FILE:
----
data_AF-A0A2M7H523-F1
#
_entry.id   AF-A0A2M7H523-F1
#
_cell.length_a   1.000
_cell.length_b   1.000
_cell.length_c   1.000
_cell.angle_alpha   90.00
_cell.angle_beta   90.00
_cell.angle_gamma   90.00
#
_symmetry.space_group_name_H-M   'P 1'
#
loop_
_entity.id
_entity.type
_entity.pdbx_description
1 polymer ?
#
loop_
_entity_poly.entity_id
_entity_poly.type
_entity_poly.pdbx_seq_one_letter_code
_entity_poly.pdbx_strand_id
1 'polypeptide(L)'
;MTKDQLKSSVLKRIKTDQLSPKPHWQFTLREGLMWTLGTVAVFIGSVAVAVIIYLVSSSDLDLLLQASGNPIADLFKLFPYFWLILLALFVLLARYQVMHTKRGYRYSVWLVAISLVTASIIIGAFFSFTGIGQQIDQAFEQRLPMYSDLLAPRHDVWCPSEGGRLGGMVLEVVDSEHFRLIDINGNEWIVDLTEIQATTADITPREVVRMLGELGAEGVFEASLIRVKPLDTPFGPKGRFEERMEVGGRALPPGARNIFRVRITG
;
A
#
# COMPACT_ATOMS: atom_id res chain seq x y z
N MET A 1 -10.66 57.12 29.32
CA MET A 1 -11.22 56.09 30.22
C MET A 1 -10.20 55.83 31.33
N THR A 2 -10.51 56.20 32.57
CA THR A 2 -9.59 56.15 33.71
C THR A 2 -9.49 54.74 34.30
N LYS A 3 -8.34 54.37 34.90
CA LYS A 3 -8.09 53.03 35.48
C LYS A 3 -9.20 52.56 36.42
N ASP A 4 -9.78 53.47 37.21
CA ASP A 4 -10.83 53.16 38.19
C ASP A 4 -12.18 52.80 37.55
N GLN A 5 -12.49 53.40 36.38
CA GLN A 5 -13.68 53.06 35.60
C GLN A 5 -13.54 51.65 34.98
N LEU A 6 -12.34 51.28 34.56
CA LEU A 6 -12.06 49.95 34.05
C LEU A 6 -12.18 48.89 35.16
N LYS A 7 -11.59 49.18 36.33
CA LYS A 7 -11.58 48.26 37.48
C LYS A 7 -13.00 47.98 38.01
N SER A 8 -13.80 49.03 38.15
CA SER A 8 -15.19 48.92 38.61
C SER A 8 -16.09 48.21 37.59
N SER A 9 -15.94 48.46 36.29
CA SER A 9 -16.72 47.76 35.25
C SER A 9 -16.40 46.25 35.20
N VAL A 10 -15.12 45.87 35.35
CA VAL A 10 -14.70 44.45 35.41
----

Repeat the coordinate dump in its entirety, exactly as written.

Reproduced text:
data_AF-A0A2M7H523-F1
#
_entry.id   AF-A0A2M7H523-F1
#
_cell.length_a   1.000
_cell.length_b   1.000
_cell.length_c   1.000
_cell.angle_alpha   90.00
_cell.angle_beta   90.00
_cell.angle_gamma   90.00
#
_symmetry.space_group_name_H-M   'P 1'
#
loop_
_entity.id
_entity.type
_entity.pdbx_description
1 polymer ?
#
loop_
_entity_poly.entity_id
_entity_poly.type
_entity_poly.pdbx_seq_one_letter_code
_entity_poly.pdbx_strand_id
1 'polypeptide(L)'
;MTKDQLKSSVLKRIKTDQLSPKPHWQFTLREGLMWTLGTVAVFIGSVAVAVIIYLVSSSDLDLLLQASGNPIADLFKLFPYFWLILLALFVLLARYQVMHTKRGYRYSVWLVAISLVTASIIIGAFFSFTGIGQQIDQAFEQRLPMYSDLLAPRHDVWCPSEGGRLGGMVLEVVDSEHFRLIDINGNEWIVDLTEIQATTADITPREVVRMLGELGAEGVFEASLIRVKPLDTPFGPKGRFEERMEVGGRALPPGARNIFRVRITG
;
A
#
# COMPACT_ATOMS: atom_id res chain seq x y z
N MET A 1 -10.66 57.12 29.32
CA MET A 1 -11.22 56.09 30.22
C MET A 1 -10.20 55.83 31.33
N THR A 2 -10.51 56.20 32.57
CA THR A 2 -9.59 56.15 33.71
C THR A 2 -9.49 54.74 34.30
N LYS A 3 -8.34 54.37 34.90
CA LYS A 3 -8.09 53.03 35.48
C LYS A 3 -9.20 52.56 36.42
N ASP A 4 -9.78 53.47 37.21
CA ASP A 4 -10.83 53.16 38.19
C ASP A 4 -12.18 52.80 37.55
N GLN A 5 -12.49 53.40 36.38
CA GLN A 5 -13.68 53.06 35.60
C GLN A 5 -13.54 51.65 34.98
N LEU A 6 -12.34 51.28 34.56
CA LEU A 6 -12.06 49.95 34.05
C LEU A 6 -12.18 48.89 35.16
N LYS A 7 -11.59 49.18 36.33
CA LYS A 7 -11.58 48.26 37.48
C LYS A 7 -13.00 47.98 38.01
N SER A 8 -13.80 49.03 38.15
CA SER A 8 -15.19 48.92 38.61
C SER A 8 -16.09 48.21 37.59
N SER A 9 -15.94 48.46 36.29
CA SER A 9 -16.72 47.76 35.25
C SER A 9 -16.40 46.25 35.20
N VAL A 10 -15.12 45.87 35.35
CA VAL A 10 -14.70 44.45 35.41